The SLx 1X MicroPrism is roughly the size of an Aimpoint Micro T-1 but has the largest eyebox I’ve ever seen in a prism scope. In fact it is nearly as large as you’d get with most tube-type red dots, in every direction. Any place on your upper receiver you’d normally mount a red dot you can mount, and use, the MicroPrism. It has all of the advantages of a red dot, all the advantages of a prism, none of the disadvantages of either, and retails for the low price of $249.99. I have this optic on my current truck gun, which should tell you how I feel about it.
LPVOs are “low-powered variable optics,” traditional rifle scopes but with a bottom magnification at or near 1x and going up to 6x, 8x or even 10x. We could literally fill this entire issue cover-to-cover with all the different LPVOs on the market, so you’ll have to narrow your choices down yourself before you go shopping. Before I cover a few specific models, let’s review some basics:
First, you want an optic with a bottom end at 1x. Not near it, at it. This is because when you’ve got the magnification cranked all the way down, you want to be able to use that optic at close range, at speed, with both eyes open, like a non-magnified red dot. To that purpose, you want a scope with a reticle that works just as well at 1x as it does at whatever your maximum magnification is. This is true whether you’re running a First Focal Plane (FFP) or Second Focal Plane (SFP) scope. In short, a SFP scope has a reticle which will appear the same size to your eye no matter the magnification setting. If your reticle has any sort of bullet drop compensator or range estimating feature, it likely will only be accurate at maximum magnification.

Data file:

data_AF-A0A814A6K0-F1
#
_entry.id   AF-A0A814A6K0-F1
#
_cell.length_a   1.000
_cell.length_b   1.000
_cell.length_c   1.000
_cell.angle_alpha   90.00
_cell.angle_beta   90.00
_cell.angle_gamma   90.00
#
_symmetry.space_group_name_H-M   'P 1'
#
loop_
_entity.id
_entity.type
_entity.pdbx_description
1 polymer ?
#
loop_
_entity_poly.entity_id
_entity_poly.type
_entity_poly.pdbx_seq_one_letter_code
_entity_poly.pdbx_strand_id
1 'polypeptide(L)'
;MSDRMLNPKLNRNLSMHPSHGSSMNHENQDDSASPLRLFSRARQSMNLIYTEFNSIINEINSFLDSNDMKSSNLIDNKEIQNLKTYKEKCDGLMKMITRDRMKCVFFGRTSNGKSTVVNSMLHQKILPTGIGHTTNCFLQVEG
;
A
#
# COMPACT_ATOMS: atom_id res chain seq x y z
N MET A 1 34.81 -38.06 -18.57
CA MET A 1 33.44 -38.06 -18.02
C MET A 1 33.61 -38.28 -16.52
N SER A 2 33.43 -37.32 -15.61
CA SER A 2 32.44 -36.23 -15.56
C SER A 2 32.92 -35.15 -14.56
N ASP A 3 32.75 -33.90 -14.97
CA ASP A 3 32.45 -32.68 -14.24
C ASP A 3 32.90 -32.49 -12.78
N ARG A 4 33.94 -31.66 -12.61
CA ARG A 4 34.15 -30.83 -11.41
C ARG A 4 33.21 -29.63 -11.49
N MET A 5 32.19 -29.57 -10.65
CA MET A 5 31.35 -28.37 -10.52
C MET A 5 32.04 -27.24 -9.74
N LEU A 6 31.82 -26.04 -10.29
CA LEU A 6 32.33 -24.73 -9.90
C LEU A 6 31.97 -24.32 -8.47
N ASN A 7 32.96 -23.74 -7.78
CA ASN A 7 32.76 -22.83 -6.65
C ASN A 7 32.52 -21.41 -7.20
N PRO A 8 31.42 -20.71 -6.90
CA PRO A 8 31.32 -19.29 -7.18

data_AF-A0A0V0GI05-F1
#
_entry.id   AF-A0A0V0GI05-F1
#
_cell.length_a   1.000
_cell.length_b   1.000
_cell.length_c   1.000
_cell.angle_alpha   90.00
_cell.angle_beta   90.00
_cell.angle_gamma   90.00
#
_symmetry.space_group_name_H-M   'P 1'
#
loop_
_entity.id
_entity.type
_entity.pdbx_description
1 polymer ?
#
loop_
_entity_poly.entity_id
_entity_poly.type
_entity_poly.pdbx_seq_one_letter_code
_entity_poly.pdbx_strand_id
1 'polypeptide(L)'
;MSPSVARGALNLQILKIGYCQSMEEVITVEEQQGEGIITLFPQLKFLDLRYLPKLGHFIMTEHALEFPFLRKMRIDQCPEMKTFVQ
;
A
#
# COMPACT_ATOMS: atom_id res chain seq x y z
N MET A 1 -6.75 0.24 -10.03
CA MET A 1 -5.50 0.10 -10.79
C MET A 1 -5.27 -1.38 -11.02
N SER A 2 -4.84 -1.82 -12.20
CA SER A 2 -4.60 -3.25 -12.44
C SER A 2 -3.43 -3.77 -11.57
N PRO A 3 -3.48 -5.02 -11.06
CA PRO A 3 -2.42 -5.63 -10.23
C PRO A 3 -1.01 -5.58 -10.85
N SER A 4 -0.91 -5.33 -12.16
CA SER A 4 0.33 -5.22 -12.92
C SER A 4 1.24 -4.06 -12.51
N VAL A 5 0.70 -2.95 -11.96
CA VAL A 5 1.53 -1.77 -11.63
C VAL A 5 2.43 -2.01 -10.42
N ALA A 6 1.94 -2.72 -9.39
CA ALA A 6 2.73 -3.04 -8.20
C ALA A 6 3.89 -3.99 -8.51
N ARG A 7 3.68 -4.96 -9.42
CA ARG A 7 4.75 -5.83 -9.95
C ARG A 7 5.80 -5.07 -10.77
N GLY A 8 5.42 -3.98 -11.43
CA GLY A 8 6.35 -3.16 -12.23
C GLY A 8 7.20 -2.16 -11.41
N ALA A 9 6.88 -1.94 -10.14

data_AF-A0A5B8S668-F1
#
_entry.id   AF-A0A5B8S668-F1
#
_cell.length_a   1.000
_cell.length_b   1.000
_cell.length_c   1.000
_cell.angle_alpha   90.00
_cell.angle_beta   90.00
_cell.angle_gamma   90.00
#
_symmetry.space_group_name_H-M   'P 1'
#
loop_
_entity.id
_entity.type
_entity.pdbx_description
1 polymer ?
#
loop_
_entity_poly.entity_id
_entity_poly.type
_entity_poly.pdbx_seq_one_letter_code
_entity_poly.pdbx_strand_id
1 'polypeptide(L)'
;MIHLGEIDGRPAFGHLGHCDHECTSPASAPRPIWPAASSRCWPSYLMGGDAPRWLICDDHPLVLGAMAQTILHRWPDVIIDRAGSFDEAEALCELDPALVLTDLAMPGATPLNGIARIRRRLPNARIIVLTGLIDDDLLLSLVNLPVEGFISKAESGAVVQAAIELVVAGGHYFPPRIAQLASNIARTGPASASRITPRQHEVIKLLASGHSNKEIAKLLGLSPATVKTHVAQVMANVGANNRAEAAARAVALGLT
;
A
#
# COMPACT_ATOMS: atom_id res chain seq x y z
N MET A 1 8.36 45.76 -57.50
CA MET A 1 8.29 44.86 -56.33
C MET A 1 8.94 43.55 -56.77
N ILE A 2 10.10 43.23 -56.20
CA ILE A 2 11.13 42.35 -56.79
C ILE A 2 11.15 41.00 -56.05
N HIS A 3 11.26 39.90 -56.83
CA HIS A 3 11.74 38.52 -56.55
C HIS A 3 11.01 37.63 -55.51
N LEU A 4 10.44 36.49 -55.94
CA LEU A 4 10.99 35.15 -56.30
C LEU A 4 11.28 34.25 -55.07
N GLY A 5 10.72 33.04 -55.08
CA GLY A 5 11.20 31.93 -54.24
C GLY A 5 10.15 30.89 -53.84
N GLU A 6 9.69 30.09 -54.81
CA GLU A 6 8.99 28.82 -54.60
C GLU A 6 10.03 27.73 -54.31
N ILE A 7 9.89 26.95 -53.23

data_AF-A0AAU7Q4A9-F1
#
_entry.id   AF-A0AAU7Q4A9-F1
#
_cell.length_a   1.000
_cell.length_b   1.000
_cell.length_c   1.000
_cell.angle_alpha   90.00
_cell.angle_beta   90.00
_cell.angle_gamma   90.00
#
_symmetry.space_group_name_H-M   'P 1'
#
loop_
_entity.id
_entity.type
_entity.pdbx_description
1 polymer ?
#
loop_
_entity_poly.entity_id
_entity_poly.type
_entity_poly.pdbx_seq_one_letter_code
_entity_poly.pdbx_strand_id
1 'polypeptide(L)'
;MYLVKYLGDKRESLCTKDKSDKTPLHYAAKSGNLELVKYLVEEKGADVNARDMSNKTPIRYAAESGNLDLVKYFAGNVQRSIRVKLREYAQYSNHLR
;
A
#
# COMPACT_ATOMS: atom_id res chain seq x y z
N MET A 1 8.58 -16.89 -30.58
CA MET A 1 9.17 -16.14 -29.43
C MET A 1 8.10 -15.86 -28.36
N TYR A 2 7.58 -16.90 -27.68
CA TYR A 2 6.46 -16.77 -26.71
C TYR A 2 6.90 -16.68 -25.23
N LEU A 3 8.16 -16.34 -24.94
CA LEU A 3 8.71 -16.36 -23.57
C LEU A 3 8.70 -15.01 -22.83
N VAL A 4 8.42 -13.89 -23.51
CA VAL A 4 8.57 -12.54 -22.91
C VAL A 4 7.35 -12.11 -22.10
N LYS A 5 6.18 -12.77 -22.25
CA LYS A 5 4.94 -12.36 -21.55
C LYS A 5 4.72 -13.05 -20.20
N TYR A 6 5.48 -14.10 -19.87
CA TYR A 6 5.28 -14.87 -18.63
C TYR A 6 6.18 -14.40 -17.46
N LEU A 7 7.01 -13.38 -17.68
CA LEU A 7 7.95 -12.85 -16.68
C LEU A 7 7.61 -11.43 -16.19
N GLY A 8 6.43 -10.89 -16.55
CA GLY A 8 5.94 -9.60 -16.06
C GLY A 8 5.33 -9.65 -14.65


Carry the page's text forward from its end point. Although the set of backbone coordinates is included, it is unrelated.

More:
With a FFP scope, the reticle stays the same size against the background, so when you increase the magnification you appear to zoom into the reticle. There are pros and cons to both, but SFP scopes tend to be a bit simpler and less expensive. I will say that scope manufacturers historically were behind their own curve, offering LPVOs meant for tactical use with reticles that were near useless at 1x, where I would argue a usable reticle is most important, as the threat is closer. But, thankfully, things have changed. The great thing about traditional rifle scopes like LPVOs is that they have traditional fixed (non-projected) reticles. While they may or may not offer illumination, every single one of these scopes features a fixed reticle that is always there, whether it’s a basic old-school duplex or a modern inverted horseshoe “tactical” reticle.